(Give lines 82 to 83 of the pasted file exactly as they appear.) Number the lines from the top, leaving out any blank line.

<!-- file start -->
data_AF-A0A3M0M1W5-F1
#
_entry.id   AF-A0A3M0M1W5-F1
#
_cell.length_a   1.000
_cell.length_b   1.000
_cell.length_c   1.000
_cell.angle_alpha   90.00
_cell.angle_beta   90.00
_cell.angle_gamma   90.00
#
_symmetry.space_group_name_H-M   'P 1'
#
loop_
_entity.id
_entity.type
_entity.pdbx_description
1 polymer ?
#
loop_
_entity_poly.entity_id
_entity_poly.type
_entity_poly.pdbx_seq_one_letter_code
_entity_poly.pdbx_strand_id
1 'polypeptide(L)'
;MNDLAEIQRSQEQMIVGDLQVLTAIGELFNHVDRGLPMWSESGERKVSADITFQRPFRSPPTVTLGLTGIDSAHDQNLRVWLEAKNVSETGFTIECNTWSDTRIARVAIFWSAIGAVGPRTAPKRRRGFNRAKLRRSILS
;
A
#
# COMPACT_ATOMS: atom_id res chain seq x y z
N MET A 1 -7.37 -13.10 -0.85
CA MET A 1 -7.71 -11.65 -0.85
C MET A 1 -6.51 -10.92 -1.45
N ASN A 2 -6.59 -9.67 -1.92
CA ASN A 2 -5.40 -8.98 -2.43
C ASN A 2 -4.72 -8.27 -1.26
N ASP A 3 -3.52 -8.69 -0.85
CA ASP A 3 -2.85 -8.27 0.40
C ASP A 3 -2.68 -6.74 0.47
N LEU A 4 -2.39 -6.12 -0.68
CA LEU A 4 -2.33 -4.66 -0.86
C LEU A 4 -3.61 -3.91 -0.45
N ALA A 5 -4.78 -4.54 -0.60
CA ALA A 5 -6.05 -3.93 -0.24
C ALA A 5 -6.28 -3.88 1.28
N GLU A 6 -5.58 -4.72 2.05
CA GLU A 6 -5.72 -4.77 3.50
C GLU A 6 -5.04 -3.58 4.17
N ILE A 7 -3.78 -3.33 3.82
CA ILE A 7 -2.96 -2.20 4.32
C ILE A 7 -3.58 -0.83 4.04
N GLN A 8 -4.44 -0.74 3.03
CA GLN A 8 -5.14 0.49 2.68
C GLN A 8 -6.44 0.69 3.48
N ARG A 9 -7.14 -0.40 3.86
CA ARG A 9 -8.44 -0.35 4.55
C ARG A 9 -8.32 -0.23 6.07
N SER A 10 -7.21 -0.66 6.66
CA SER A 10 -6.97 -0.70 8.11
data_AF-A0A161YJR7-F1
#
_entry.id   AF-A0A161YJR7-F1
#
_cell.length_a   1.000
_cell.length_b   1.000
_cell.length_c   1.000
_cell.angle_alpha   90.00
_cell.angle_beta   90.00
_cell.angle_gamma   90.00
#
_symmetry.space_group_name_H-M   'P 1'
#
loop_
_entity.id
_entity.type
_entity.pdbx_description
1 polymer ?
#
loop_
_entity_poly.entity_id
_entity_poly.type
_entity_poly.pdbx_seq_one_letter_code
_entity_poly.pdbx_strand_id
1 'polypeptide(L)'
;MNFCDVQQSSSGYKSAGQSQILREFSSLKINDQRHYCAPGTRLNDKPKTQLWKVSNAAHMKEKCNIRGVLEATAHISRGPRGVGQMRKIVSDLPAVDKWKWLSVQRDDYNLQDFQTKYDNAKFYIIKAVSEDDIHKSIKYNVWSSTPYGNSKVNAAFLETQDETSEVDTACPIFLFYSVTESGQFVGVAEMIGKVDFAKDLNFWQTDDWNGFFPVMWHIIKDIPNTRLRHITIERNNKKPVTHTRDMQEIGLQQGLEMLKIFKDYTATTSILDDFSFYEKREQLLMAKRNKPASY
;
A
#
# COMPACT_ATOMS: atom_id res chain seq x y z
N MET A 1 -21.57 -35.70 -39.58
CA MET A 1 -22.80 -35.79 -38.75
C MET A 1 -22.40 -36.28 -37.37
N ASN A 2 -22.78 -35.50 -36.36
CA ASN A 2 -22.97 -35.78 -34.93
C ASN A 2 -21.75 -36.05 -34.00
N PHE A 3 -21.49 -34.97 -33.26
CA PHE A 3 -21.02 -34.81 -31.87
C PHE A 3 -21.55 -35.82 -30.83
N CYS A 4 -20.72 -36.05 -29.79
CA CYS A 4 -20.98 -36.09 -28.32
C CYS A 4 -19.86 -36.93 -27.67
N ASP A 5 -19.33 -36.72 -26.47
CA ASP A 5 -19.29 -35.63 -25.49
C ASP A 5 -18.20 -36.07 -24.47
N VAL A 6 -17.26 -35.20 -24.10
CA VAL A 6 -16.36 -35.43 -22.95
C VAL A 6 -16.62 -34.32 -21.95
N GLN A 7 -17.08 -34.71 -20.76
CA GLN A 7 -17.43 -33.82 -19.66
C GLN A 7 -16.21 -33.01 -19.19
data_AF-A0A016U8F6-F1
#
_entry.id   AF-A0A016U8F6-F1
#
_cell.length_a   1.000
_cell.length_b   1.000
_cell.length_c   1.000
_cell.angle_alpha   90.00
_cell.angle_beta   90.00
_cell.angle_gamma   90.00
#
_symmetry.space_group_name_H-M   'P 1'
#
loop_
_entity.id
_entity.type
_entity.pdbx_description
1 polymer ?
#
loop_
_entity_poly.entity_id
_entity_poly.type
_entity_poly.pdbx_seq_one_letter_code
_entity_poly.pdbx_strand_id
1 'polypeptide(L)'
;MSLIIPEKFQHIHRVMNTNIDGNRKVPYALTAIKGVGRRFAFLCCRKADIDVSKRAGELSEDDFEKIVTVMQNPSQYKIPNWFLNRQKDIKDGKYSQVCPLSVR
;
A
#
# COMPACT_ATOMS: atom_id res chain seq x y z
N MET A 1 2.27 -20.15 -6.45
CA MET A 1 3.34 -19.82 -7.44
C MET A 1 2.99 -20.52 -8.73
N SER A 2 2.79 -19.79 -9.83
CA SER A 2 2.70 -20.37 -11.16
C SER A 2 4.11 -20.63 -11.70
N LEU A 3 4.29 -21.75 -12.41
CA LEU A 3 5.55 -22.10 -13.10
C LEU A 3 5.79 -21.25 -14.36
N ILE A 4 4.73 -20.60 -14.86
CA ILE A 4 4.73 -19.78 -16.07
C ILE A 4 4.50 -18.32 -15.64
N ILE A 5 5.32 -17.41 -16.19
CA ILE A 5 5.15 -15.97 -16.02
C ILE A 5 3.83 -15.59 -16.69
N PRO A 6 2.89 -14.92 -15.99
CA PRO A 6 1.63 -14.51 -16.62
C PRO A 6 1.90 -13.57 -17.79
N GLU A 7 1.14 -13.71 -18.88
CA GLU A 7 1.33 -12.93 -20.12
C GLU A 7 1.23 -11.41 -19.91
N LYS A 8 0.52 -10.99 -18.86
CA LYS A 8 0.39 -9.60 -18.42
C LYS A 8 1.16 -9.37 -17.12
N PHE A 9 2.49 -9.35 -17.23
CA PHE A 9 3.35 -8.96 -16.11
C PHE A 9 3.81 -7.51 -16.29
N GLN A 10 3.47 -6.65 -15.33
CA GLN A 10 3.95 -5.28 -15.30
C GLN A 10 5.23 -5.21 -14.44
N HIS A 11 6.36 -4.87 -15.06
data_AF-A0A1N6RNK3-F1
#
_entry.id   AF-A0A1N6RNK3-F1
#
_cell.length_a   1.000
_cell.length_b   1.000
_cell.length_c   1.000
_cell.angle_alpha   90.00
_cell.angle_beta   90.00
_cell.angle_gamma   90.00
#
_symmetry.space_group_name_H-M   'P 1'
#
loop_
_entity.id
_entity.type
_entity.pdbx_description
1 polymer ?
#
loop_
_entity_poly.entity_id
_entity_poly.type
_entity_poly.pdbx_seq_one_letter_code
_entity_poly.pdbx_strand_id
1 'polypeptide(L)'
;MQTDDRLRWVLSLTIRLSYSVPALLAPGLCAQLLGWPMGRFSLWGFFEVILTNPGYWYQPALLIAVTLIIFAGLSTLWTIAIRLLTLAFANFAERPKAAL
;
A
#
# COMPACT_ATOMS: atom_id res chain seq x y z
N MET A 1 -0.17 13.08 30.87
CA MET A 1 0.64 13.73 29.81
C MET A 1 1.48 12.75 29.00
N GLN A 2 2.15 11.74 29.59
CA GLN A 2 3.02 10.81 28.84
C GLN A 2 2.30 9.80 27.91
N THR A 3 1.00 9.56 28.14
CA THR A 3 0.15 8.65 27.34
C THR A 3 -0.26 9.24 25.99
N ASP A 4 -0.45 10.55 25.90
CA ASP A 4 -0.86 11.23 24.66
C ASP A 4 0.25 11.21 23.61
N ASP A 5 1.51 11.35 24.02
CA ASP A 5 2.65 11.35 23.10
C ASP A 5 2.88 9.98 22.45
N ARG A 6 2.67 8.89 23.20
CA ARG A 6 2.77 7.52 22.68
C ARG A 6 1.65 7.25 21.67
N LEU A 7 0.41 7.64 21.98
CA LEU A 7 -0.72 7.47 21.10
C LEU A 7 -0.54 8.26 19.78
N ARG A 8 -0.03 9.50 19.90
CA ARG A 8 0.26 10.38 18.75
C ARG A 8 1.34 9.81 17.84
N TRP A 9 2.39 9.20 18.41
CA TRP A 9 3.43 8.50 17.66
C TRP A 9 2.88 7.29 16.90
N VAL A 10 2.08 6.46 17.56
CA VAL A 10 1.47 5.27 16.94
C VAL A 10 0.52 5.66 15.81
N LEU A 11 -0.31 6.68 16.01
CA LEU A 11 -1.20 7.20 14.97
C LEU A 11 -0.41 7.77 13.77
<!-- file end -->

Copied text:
_entity_poly.pdbx_seq_one_letter_code
_entity_poly.pdbx_strand_id